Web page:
In a scale model in which the stars are ships, the average ship will be over a million miles from its nearest neighbour.
Why the writer not use THE before the adjective nearest?
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We use determiners before nouns, and determiners can be classified in five groups (Source):
Articles: a/an, the
Demonstratives: this, that, these, those
Possessives: my, your, his, her, its, our, their, x’s (possessive ’s)
Quantifiers: (a) few, fewer, (a) little, many, much, more, most, some, any, etc.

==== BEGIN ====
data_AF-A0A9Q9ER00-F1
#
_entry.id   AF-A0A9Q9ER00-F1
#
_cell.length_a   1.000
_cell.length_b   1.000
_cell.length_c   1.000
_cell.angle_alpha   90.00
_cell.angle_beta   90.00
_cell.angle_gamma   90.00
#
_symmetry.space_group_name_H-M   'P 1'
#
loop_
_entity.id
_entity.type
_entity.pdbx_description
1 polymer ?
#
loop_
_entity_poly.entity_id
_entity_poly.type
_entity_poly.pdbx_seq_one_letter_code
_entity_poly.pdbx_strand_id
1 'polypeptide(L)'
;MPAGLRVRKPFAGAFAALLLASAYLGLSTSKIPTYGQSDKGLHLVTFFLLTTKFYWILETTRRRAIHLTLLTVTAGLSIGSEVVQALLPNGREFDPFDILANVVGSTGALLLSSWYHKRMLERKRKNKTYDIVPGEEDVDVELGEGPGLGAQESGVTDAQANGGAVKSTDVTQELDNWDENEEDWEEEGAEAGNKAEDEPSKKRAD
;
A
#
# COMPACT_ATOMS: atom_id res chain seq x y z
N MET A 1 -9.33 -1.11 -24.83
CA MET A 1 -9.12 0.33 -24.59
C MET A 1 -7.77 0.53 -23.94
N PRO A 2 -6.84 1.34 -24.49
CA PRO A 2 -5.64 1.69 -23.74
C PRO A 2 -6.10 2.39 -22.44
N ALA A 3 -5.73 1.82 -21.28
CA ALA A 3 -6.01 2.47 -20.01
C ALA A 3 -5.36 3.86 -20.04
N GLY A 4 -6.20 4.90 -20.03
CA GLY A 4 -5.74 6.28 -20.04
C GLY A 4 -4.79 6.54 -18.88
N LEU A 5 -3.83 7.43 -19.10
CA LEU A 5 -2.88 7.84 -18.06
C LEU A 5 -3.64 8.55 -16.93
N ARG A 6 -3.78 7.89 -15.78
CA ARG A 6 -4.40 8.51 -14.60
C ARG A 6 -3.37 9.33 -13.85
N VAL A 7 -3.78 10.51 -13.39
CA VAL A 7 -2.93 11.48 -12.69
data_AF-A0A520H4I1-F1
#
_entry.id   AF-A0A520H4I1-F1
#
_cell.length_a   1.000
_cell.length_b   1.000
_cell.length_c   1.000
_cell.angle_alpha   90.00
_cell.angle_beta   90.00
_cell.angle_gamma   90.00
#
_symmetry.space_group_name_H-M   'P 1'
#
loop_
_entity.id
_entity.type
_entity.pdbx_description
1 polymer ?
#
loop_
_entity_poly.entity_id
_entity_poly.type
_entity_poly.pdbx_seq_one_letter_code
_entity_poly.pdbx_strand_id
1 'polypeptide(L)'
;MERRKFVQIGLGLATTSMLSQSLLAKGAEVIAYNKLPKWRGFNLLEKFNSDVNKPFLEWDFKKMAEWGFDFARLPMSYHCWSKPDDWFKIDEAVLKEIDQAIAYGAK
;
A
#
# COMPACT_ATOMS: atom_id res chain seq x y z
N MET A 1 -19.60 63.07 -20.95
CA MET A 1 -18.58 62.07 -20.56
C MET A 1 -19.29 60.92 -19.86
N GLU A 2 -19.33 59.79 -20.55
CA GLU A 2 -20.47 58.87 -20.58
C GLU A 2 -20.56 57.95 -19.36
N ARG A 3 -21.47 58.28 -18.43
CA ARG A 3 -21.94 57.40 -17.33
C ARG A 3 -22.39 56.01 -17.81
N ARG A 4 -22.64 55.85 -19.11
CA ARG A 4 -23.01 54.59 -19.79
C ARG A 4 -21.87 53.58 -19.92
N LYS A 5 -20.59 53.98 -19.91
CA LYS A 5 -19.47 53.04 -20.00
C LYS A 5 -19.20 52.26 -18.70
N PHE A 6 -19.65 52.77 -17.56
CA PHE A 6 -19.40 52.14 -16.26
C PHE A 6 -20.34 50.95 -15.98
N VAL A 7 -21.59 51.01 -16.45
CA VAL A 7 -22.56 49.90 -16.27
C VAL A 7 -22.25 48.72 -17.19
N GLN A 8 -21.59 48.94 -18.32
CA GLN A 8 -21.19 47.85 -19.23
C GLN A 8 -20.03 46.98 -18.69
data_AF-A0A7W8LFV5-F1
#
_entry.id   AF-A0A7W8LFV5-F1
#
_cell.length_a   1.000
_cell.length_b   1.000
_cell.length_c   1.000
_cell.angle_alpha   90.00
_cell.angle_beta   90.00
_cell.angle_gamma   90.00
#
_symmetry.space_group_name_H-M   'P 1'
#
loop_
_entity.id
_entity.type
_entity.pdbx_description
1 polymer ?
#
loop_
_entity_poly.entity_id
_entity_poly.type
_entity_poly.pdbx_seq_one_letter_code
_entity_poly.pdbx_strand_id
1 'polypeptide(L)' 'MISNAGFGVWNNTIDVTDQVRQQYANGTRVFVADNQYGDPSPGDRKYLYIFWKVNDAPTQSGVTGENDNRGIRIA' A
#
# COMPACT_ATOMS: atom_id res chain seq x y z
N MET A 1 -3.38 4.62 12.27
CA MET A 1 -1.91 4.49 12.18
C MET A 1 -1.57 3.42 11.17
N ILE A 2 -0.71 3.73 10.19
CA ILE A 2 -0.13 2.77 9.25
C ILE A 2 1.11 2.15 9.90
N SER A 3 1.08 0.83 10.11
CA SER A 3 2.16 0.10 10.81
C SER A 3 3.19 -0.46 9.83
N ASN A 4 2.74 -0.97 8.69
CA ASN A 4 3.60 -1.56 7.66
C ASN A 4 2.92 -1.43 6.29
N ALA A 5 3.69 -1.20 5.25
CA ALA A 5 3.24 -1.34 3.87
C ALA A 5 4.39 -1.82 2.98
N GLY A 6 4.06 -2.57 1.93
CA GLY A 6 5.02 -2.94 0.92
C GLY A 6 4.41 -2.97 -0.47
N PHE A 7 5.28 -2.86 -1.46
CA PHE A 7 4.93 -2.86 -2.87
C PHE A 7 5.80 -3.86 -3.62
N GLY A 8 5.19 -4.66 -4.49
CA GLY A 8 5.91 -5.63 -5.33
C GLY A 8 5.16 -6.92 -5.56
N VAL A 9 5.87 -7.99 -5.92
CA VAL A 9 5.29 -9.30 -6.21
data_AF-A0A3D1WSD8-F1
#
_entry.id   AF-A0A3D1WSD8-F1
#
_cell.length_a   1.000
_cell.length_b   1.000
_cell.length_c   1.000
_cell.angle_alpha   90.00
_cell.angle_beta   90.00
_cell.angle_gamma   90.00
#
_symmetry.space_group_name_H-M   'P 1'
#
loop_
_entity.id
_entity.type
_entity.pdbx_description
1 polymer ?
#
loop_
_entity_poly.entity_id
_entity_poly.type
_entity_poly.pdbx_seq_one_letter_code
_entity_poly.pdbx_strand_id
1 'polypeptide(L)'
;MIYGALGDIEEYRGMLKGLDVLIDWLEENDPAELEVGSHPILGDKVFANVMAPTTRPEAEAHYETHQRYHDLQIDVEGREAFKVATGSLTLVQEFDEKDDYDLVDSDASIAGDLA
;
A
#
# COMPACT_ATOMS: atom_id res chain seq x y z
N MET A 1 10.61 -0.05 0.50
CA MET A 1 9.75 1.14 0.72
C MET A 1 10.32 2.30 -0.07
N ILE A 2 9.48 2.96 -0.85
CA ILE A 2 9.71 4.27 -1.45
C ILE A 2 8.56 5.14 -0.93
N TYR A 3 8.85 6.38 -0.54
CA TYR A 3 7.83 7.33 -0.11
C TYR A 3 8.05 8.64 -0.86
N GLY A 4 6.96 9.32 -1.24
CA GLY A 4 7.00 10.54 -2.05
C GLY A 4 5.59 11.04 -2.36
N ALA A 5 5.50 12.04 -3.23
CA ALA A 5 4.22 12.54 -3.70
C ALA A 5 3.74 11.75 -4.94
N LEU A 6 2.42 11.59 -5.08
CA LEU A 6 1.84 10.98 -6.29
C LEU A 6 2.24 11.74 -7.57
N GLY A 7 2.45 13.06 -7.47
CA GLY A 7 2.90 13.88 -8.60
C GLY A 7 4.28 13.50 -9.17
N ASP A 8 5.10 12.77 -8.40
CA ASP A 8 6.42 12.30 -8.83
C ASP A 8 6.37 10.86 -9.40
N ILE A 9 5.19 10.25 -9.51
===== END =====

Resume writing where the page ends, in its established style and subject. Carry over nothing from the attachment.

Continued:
Numbers: one, two, three, etc.
I the sentence you quoted, the author wants to describe the vicinity of a ship and they chose a possessive determiner. Although I don't know what the writer tries to convey by "the average ship", perhaps average in size, he or she could simply say:
The distance between one (average?) ship to the other will be more than a million miles.
My side note: Personally, I haven't faced a sentence which had two determiners before a noun. So, apart from the fact that it could sound odd, I would think that is not grammatical to have two determiners in a row.However, I am not 100 percent sure myself.